Zags get No. 1 seed, face Southern in Salt Lake City
Perhaps you’ve read this before: For the first time in school history, Gonzaga …
Well, here we go again. Roughly two weeks after earning the first No. 1 ranking in school history, the Bulldogs landed the program’s first No. 1 seed in the NCAA tournament when the brackets were revealed Sunday.
Gonzaga (31-2) will face 16th-seeded Southern (23-9), champion of the Southwestern Athletic Conference, in a West Region opener Thursday in Salt Lake City. The teams squared off in the season opener two years ago with Gonzaga rolling to a 117-72 victory over the Jaguars at the McCarthey Athletic Center.
“It’s an honor to be the first team to do that here,” sophomore guard Kevin Pangos said of the No. 1 seed.
The Gonzaga-Southern winner advances to face the winner of No. 8 Pittsburgh-No. 9 Wichita State. Louisville was selected as the top overall No. 1 seed, followed by Kansas, Indiana and Gonzaga. Ohio State, which eliminated Gonzaga last year in the round of 32, is the West’s second seed. New Mexico is No. 3 and Kansas State, which lost to the Bulldogs 68-52 in Seattle in December, is No. 4.
“It’s just kind of an overwhelming feeling of ‘Wow,’” coach Mark Few said. “What a great accomplishment for this group of guys. It wasn’t a slam dunk. I think there were some other teams that were worthy.”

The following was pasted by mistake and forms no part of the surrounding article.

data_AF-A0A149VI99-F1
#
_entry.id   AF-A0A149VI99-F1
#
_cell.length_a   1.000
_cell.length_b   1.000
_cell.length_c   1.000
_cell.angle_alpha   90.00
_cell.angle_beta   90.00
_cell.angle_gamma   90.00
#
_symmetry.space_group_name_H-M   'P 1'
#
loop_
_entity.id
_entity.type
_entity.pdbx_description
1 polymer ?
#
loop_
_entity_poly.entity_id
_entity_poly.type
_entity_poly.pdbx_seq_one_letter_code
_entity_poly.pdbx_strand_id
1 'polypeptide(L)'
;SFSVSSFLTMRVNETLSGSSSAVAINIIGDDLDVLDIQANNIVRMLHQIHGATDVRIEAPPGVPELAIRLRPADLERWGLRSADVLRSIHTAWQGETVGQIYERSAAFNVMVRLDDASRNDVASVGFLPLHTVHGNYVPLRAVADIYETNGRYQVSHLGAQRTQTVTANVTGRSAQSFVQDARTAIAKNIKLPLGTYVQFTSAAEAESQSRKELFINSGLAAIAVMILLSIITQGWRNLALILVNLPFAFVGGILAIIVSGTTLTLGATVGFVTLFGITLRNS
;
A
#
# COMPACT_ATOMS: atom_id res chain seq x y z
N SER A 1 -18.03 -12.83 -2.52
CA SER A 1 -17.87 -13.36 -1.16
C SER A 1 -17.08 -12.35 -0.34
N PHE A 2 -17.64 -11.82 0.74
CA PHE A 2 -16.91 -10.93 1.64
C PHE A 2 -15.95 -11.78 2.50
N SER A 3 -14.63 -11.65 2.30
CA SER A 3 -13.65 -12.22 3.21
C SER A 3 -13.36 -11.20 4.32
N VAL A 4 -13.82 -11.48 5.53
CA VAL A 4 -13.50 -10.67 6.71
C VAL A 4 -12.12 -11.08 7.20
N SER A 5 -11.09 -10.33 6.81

The Zags’ reward is staying fairly close to home and playing in a city familiar with Gonzaga’s program. GU legend and Naismith Memorial Basketball Hall of Famer John Stockton, father of junior point guard David Stockton, played for the Utah Jazz from 1984-2003.
“I think we have a great fan base in that area, thanks to everything that John accomplished throughout his career,” said Few, whose 2004 team was seeded second. “He really put Gonzaga on the map in that area. Hopefully, they’ll lean our way. That’s probably one of the biggest things I care about is friends, family and fans if they want to they can get to these games.”
The Bulldogs are in the NCAAs for the 15th straight year, the fourth-longest active streak behind Kansas, Duke and Michigan State.
“That just tells you, sustained excellence,” said Few, in his 14th season as head coach. “Kentucky didn’t make it this year, a couple years ago North Carolina didn’t make it.
“This thing is a hard deal to make. I have so many people come up to me in the summer and fall and it’s, ‘Now, when’s March Madness?’ You’re like, ‘Hey, it’s not something (that’s a given).’”
When the Zags and Jags clashed two years ago, the storyline centered on GU center Robert Sacre and his father, Greg LaFleur, who was Southern’s athletic director at the time. Elias Harris, one of five current Zags to play against Southern, remembered making a spin move and a dunk and vaguely recalled going against Madut Bol, son of former NBA center Manute Bol, who died in June, 2010. Madut Bol led Southern with 12 points.
One connection this time around is that Gary Bell Jr.’s father is a Baton Rouge native and attended Southern.
“I knew who they were when their name popped up on the (television) screen,” Bell said. “I don’t think my dad played there. He ended up leaving school to go into the Navy. All of my dad’s side of the family is down there, grandma, grandpa, Dad’s sister. I’m getting a lot of text messages.”
Southern, under second-year coach Roman Banks, was ineligible for the postseason last year because of APR penalties. The Jaguars finished second this year in the SWAC regular season behind Texas Southern, which was ineligible for the SWAC Tournament because of APR penalties. The Jaguars edged Prairie View 45-44 for the SWAC title.